Transpelvic urethrostomy. Another recent study described transpelvic urethrostomy as an alternative salvage procedure for cats with distal urethral trauma or failed perineal urethrostomy surgery.6 The caudal aspect of the ischium is removed through a ventral approach, and the urethral stoma is translocated to a subpubic position. The advantage of this technique is that it avoids the high rate of incontinence and urine scalding that is seen in prepubic urethrostomy by preserving the intrapelvic urethra and urethral sphincter. Only one cat developed temporary incontinence, which resolved by four weeks after surgery.
Conservative therapy. As many clinicians have learned, conservative therapy with urethral catheterization or urinary diversion can provide an acceptable long-term solution in selected animals with urethral tears and urine leakage. A recent clinical retrospective study evaluated prognostic factors for animals with urethral trauma in 20 dogs and 29 cats.7 Urethral rupture was more common in males of both species, with etiology being most commonly related to vehicular trauma in dogs and iatrogenic injury during catheterization in cats. The presence of multiple traumatic injuries served as the only negative prognostic indicator in this series, with location of rupture, clinicopathologic findings, treatment method (surgery versus catheterization) and etiology having no significant effect on outcome.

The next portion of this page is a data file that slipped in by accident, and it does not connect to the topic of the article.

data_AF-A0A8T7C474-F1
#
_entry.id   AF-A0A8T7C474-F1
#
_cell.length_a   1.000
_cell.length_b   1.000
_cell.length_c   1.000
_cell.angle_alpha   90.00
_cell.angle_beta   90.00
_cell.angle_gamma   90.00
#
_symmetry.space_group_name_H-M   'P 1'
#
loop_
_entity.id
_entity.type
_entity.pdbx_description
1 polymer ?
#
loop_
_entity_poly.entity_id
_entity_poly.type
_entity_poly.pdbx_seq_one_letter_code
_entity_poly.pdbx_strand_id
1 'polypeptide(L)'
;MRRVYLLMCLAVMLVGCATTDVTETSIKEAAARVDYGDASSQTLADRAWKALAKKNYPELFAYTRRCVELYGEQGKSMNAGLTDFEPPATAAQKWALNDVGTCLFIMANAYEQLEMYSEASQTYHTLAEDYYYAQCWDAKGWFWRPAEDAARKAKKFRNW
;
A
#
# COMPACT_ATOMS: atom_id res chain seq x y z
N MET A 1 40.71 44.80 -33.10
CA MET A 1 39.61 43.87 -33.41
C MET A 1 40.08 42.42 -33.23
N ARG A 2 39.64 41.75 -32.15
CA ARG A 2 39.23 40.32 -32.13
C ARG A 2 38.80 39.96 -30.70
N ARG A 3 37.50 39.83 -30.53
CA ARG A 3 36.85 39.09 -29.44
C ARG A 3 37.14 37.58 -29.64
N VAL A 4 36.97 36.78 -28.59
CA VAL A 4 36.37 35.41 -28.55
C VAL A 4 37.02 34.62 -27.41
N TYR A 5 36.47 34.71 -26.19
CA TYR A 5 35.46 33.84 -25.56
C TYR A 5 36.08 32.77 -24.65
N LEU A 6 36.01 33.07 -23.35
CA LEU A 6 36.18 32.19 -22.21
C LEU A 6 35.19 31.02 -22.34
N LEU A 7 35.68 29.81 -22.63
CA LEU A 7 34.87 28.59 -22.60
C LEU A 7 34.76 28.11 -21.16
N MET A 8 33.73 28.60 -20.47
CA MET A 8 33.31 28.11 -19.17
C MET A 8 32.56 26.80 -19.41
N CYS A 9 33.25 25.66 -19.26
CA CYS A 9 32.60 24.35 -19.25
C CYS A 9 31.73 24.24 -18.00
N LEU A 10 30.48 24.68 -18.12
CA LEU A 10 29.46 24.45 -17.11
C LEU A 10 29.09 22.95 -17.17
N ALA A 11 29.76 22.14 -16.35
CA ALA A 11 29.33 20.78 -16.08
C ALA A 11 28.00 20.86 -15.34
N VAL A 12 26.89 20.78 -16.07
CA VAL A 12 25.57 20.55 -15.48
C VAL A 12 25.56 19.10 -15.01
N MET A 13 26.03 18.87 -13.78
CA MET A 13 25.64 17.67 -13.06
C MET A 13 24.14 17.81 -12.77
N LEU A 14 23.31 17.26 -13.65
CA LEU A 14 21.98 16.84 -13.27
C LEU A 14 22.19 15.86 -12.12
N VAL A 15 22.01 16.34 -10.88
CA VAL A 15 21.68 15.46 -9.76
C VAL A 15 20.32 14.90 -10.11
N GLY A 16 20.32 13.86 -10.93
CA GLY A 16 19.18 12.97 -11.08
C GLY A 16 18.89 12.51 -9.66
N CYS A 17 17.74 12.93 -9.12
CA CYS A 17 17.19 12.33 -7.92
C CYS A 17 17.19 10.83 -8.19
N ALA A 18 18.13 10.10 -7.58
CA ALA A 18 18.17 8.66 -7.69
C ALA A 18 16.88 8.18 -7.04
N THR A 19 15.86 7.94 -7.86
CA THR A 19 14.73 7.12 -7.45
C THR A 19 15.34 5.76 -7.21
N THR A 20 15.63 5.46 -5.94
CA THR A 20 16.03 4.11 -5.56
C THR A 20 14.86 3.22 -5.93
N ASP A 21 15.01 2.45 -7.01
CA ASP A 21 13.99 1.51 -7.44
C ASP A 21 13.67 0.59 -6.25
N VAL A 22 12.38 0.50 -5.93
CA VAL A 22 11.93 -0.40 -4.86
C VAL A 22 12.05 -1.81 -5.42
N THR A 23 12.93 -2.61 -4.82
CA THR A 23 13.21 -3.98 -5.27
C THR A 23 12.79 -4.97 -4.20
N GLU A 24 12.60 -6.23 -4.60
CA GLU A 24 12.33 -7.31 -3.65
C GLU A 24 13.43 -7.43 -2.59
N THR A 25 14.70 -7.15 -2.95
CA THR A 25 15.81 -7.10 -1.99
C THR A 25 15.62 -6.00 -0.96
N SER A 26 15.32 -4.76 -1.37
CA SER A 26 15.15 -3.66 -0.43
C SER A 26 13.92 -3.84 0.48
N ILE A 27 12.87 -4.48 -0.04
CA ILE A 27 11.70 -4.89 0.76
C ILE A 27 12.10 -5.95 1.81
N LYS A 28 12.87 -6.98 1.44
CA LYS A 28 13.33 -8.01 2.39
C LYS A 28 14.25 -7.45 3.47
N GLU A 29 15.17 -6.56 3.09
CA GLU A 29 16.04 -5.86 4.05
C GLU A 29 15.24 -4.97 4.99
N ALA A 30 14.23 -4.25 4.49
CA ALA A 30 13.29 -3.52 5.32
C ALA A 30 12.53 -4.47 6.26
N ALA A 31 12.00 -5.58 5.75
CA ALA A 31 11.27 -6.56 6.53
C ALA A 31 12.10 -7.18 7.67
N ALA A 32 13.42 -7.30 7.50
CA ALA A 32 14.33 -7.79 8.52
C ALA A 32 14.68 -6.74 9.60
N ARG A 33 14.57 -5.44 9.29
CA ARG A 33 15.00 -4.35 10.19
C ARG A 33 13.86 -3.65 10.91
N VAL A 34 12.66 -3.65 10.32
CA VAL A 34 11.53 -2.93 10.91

Tube cystostomy. Tube cystostomy is an accepted method for short- or long-term urinary diversion. A landmark study performed in an experimental model of intrapelvic urethral transection and primary repair in normal dogs showed that there was no difference in healing of urethral wounds when tube cystostomy was compared to transurethral catheters or both techniques combined.8